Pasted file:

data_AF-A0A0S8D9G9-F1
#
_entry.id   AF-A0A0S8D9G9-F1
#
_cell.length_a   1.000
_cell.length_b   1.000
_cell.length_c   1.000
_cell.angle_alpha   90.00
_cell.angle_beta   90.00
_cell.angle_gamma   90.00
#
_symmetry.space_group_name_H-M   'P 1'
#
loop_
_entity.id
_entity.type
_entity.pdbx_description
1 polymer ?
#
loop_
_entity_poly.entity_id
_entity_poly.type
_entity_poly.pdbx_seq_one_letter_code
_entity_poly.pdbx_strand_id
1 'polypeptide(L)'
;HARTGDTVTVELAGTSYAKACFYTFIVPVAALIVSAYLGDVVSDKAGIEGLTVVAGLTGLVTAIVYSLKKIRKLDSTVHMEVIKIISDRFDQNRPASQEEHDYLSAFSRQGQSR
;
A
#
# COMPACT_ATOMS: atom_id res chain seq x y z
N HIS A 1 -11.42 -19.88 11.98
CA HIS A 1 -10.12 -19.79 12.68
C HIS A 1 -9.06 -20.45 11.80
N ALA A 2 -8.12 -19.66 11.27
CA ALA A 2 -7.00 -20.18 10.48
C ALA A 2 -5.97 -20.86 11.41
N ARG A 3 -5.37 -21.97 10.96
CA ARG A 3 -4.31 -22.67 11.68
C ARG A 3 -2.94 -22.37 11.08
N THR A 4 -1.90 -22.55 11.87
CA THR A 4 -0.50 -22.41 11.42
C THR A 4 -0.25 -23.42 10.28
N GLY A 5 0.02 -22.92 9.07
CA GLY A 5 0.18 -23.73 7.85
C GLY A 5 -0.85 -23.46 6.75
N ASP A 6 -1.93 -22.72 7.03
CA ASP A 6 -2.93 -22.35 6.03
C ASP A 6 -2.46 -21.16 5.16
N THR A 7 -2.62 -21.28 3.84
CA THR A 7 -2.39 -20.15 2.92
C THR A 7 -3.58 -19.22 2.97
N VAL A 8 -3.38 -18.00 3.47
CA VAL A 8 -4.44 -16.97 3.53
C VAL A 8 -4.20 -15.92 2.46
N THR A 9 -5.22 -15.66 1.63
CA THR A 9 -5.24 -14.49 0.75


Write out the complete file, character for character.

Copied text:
data_AF-A0A0S8D9G9-F1
#
_entry.id   AF-A0A0S8D9G9-F1
#
_cell.length_a   1.000
_cell.length_b   1.000
_cell.length_c   1.000
_cell.angle_alpha   90.00
_cell.angle_beta   90.00
_cell.angle_gamma   90.00
#
_symmetry.space_group_name_H-M   'P 1'
#
loop_
_entity.id
_entity.type
_entity.pdbx_description
1 polymer ?
#
loop_
_entity_poly.entity_id
_entity_poly.type
_entity_poly.pdbx_seq_one_letter_code
_entity_poly.pdbx_strand_id
1 'polypeptide(L)'
;HARTGDTVTVELAGTSYAKACFYTFIVPVAALIVSAYLGDVVSDKAGIEGLTVVAGLTGLVTAIVYSLKKIRKLDSTVHMEVIKIISDRFDQNRPASQEEHDYLSAFSRQGQSR
;
A
#
# COMPACT_ATOMS: atom_id res chain seq x y z
N HIS A 1 -11.42 -19.88 11.98
CA HIS A 1 -10.12 -19.79 12.68
C HIS A 1 -9.06 -20.45 11.80
N ALA A 2 -8.12 -19.66 11.27
CA ALA A 2 -7.00 -20.18 10.48
C ALA A 2 -5.97 -20.86 11.41
N ARG A 3 -5.37 -21.97 10.96
CA ARG A 3 -4.31 -22.67 11.68
C ARG A 3 -2.94 -22.37 11.08
N THR A 4 -1.90 -22.55 11.87
CA THR A 4 -0.50 -22.41 11.42
C THR A 4 -0.25 -23.42 10.28
N GLY A 5 0.02 -22.92 9.07
CA GLY A 5 0.18 -23.73 7.85
C GLY A 5 -0.85 -23.46 6.75
N ASP A 6 -1.93 -22.72 7.03
CA ASP A 6 -2.93 -22.35 6.03
C ASP A 6 -2.46 -21.16 5.16
N THR A 7 -2.62 -21.28 3.84
CA THR A 7 -2.39 -20.15 2.92
C THR A 7 -3.58 -19.22 2.97
N VAL A 8 -3.38 -18.00 3.47
CA VAL A 8 -4.44 -16.97 3.53
C VAL A 8 -4.20 -15.92 2.46
N THR A 9 -5.22 -15.66 1.63
CA THR A 9 -5.24 -14.49 0.75